An Executive MBA at Chicago Booth starts the minute a newly admitted student says, “yes”. While the most time-consuming involvement with the School is during the nearly two years of academic rigor, the opportunities don’t end there. They last for a lifetime if you reach out and grab them and always keep the mindset that what you gain multiplies when you share it with others.
More next time,
February 07, 2013
A third of the way through the program, class weeks continue to be as intense and exhilarating as ever. I like to think that a class week is like running a 10k race – and setting a personal best time.
First of all, you have to train diligently in the weeks leading up to the race. Typically, two subjects are taught in any one class week, and you also have exams on the Monday for the courses you did the previous class week. Unprepared runners rarely finish well.
Athletes generally get in 2-3 training sessions of an hour or two during the week, and then have a long, slow run on a weekend day, to get the body used to going the full distance. Similarly, you will do some short, fairly focused bursts of study during the week after work, and then slog your way through a ton of detailed exercises at the weekend for hours. Interval training or doing a few kilometres at race pace (attempting past papers and timing yourself while doing so) are also popular strategies.
Coming up to the race, you need to taper – studying like mad the night before an exam never does anyone any favours. You'll get plenty of sleep, reduce stress during the days beforehand, and eat lots of carbs (students can skip this last part, it's for runners only, but it's fun. It also REALLY WORKS for running. Trust me).
Ok, so it's race day. You have a decent breakfast, and straight away it's up a massive hill with 2 exams. The trick here is to pace yourself so you can keep going all day and make it to the top. Remember that this is the most challenging part of the race. Enjoy the view when you get to the summit.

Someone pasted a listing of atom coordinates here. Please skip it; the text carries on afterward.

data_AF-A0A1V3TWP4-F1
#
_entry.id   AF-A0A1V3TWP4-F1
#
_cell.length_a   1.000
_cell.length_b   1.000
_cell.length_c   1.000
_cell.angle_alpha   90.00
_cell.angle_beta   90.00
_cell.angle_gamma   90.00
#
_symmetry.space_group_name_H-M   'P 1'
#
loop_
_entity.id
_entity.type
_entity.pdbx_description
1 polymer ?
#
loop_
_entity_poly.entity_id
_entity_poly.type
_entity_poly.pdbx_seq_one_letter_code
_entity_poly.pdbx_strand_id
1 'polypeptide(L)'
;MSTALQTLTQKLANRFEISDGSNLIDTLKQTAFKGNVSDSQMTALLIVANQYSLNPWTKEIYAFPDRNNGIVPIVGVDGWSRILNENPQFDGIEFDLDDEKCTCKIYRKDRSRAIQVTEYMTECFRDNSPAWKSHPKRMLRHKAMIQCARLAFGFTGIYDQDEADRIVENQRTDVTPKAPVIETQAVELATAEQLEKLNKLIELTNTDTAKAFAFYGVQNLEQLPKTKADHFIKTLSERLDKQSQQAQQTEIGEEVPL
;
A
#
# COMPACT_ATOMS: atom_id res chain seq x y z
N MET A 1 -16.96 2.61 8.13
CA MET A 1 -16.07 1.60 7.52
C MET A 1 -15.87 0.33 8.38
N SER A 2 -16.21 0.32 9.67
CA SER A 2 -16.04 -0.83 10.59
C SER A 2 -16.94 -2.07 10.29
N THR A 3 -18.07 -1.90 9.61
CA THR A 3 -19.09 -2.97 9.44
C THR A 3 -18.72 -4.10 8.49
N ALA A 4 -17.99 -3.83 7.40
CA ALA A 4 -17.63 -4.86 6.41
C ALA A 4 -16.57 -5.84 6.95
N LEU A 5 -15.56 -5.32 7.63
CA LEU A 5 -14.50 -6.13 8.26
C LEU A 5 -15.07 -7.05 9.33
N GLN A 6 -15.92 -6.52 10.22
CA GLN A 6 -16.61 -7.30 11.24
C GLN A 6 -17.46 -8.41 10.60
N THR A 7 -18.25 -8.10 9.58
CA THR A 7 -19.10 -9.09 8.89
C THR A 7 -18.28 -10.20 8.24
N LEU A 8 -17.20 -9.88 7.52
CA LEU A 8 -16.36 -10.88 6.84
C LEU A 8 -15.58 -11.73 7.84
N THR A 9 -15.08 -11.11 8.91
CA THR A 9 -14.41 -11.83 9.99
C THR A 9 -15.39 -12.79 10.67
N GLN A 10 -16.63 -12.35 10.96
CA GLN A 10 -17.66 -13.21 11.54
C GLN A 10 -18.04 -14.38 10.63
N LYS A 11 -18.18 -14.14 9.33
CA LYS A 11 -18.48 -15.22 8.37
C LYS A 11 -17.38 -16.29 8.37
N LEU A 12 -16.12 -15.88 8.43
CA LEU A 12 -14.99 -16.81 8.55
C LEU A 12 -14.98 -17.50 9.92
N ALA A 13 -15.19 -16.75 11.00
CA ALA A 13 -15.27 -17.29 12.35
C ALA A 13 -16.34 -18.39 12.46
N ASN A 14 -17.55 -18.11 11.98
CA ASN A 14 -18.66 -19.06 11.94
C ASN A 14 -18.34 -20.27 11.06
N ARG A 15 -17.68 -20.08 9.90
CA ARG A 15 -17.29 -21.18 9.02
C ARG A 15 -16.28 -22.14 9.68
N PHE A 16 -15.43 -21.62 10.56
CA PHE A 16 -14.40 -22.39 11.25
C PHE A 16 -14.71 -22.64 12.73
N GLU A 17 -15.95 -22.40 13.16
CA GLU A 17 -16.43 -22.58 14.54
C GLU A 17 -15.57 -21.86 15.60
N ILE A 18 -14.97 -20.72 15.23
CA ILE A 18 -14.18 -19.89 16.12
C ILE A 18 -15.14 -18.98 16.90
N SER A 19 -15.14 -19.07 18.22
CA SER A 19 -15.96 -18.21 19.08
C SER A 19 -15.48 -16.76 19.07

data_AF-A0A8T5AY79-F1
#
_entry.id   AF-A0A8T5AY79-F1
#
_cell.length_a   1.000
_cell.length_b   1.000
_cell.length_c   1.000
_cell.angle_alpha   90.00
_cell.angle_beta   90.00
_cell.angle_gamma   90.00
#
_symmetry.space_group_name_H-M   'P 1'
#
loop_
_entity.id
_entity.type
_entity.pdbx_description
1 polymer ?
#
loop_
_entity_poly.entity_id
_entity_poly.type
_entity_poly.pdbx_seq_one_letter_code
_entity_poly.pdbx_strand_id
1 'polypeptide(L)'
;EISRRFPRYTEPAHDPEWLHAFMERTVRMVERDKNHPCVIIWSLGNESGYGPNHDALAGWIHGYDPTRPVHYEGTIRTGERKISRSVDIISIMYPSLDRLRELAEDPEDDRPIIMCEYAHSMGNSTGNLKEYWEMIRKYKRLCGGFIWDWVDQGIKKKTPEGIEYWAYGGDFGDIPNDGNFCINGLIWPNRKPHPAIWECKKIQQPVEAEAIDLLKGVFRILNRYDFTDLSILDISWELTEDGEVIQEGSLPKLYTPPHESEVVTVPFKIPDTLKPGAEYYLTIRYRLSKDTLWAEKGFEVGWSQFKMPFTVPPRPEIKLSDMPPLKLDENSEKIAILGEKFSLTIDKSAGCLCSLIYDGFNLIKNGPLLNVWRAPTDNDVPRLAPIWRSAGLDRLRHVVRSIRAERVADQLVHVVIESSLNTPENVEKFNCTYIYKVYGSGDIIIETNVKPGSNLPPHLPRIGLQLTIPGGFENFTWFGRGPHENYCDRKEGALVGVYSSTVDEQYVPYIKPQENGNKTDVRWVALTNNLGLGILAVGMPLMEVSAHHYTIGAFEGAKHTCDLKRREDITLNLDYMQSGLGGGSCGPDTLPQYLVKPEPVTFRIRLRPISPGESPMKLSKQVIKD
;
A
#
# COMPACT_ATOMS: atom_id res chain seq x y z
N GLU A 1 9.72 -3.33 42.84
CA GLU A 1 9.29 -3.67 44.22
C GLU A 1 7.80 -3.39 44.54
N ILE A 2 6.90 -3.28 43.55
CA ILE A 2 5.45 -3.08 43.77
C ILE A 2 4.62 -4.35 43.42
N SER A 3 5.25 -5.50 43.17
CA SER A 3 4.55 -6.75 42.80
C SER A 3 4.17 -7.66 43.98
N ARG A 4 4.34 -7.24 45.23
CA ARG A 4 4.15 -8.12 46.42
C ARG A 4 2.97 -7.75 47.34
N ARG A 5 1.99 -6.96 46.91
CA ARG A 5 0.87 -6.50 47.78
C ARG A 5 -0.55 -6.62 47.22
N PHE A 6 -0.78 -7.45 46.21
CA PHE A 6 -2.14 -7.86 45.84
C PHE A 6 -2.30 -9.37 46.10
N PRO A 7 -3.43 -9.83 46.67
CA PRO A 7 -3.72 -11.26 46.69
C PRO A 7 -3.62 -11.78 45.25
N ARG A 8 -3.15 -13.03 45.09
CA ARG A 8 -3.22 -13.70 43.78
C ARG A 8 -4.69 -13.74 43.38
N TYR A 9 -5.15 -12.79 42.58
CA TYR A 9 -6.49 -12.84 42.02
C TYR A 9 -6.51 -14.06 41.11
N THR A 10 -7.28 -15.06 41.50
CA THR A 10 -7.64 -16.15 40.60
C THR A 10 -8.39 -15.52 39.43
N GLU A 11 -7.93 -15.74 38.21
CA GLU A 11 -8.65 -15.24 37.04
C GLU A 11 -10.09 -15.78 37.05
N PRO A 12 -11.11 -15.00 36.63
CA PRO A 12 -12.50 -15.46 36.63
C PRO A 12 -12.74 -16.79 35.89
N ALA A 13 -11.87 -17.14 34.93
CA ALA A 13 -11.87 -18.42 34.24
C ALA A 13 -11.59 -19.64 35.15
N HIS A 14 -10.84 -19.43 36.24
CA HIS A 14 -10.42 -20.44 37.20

From there it's long slow slog to the end, pretty much on the flat. You'll have assignments every night and be up til late. Remember that sprinting to get an excellent time on kilometre 5 may cost you quite a bit towards the end. You need to be alert during classes, review sessions and work with your study group to get your nightly group assignments completed by a sensible time, even if they are not perfect or you feel you could have done better. Staying in the study room til 1am on the Wednesday night is not a smart strategy.
Choose your roadside snack wisely. The Danish pastries are tasty but on their own won't keep you going til lunchtime. You are also allowed to have enough caffeine in your body to have you to fail an anti-doping test in an actual race.
As the race continues and the days go by, you and your classmates will start to feel more and more tired. By the Saturday all you really care about is the finish line, and how far away it is. You'll finish your final class of the day and think, “We made it! Again!” and feel proud of yourself.
Like a UK athlete, you then will celebrate this your “race” by partying til late with your fellow students.
Donnla Nic Gearailt